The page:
Political minds meet at St. Vincent
The nation's political elite failed to foresee that a television reality star could become the Republican Party nominee or that social Democrat Bernie Sanders could reshape the agenda of his party, two respected political commentators said Thursday.
“The political elites took no time to listen to what the people were doing two, three, four years ago. This storm has been brewing a long time,” since the formation of the Tea Party and Occupy Wall Street movements, former Republican National Committee chairman Michael Steele said Thursday during a debate in front of more than 400 people at St. Vincent College near Latrobe.
Steele and Donna Brazile, interim chairwoman of the Democratic National Committee, lamented the state of the presidential campaign during more than an hour of often entertaining discussion about the state of American politics.
At times they took stances that were in line with their political affiliation, but often agreed on the political climate of American and the presidential campaign.
Brazile called it the most “incredible political campaign” she has ever seen, with candidates seeking votes for the past 18 months without substantive discussions of important political issues such as jobs, the Affordable Care Act, climate change and income equality.
Instead, voters are treated to insulting comments, such as the weight of a former beauty queen in a pageant owned by Donald Trump.
“We should have thoughtful conversation about meaningful issues,” Brazile said.
Rather than focusing on two or three important issues as the presidential campaign winds down, Steele said, “no one is getting excited about Hillary Clinton's 40-point plan for the environment.
“The American people have a very different mindset about this election. Americans are in a very different place” than where the political establishment thought the campaign would be.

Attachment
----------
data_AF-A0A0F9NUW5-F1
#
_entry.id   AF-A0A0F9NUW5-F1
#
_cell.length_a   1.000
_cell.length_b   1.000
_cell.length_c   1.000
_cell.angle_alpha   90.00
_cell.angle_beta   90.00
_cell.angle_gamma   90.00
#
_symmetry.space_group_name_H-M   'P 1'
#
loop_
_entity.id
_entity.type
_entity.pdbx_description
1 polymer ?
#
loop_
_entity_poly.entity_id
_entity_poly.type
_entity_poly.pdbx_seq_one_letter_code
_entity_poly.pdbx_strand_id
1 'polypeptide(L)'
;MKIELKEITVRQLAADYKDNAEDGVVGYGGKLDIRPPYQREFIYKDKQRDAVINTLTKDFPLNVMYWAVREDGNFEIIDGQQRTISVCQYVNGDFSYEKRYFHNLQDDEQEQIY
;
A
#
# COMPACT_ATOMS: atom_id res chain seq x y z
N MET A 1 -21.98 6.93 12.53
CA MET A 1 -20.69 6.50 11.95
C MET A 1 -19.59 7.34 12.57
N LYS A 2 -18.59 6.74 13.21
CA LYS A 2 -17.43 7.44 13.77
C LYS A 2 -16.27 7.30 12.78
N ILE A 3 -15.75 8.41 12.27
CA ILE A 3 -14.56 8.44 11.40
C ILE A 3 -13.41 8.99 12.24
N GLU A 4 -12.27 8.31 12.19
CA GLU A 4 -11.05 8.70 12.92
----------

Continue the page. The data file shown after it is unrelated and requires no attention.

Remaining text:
Both political analysts tabbed Pennsylvania as a battleground state, one of six or seven that likely will decide the next president of the United States.
“You are a pivotal state for a host of reasons,” said Steele, a former lieutenant governor of Maryland and analyst for MSNBC. He pointed to the Keystone State's cities, suburbs and rural areas “as a microcosm of what is happening in the United States.”
“They're not excited about this election,” Steele said, when the presidential nominees are described as “crooked Hillary and crazy Trump.”
While scandals swirling around both candidates have caught the attention of the news media, “people are discounting that stuff,” Steele said. “The scandals are a distraction to (voters).”
Brazile, who was a commentator on CNN, took a shot at the news media, saying the cable news shows are “drowning us” whenever there is a “whiff of scandal.”
The voter has gotten to the point where “you can't trust anybody,” including the media and government, Brazile said.
Speaking about the nation's response to terrorism, Steele said that Trump has not articulated a real policy to deal with the terrorist group ISIS. His broad generalities are “eye candy,” Steele said.
Although Clinton comes to the issues with a stronger background, Steele questioned how she can reconcile her hawkish views “with the progressive wing of her party.”
As a prelude to the discussion of the issues, Brazile took a few shots at Trump's recent debate performance, warning Steele she would interrupt him 56 times, but she would not deport him or demonize him.
Joe Napsha is a Tribune-Review staff writer. Reach him at 724-836-5252 or firstname.lastname@example.org.